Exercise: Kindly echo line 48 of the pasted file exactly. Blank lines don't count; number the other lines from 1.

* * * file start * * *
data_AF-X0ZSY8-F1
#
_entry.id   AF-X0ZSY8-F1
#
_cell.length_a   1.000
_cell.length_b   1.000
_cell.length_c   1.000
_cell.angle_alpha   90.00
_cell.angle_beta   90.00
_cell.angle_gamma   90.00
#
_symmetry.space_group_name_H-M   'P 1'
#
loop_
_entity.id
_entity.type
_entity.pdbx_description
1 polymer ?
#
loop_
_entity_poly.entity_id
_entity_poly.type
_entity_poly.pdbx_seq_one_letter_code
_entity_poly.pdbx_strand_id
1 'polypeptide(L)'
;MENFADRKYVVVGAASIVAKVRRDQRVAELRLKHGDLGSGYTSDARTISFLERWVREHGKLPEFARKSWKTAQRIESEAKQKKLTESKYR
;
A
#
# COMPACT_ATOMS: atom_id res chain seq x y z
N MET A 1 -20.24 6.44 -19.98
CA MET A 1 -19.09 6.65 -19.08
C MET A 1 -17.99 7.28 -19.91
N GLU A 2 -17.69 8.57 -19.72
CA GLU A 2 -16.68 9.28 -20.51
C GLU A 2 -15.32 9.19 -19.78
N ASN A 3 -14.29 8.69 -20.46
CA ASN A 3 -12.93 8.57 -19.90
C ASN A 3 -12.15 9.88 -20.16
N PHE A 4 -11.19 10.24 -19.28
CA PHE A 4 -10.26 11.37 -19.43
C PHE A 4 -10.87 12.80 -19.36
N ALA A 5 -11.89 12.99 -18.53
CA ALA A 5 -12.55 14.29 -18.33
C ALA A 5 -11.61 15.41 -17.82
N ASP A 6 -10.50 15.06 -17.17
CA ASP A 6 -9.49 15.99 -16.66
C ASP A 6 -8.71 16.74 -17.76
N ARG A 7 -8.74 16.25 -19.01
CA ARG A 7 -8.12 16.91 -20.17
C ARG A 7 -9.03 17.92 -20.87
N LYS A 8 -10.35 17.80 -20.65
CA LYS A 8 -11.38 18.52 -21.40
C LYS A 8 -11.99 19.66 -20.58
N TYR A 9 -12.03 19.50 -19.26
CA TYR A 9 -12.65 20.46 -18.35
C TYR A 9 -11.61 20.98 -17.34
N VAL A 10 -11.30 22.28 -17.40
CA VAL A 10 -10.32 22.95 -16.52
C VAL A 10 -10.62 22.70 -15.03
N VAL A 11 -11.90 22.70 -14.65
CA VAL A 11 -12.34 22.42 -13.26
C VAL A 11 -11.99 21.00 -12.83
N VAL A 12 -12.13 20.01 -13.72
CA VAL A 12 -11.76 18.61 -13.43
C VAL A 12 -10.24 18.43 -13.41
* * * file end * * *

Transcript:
C ASP A 6 -8.71 16.74 -17.76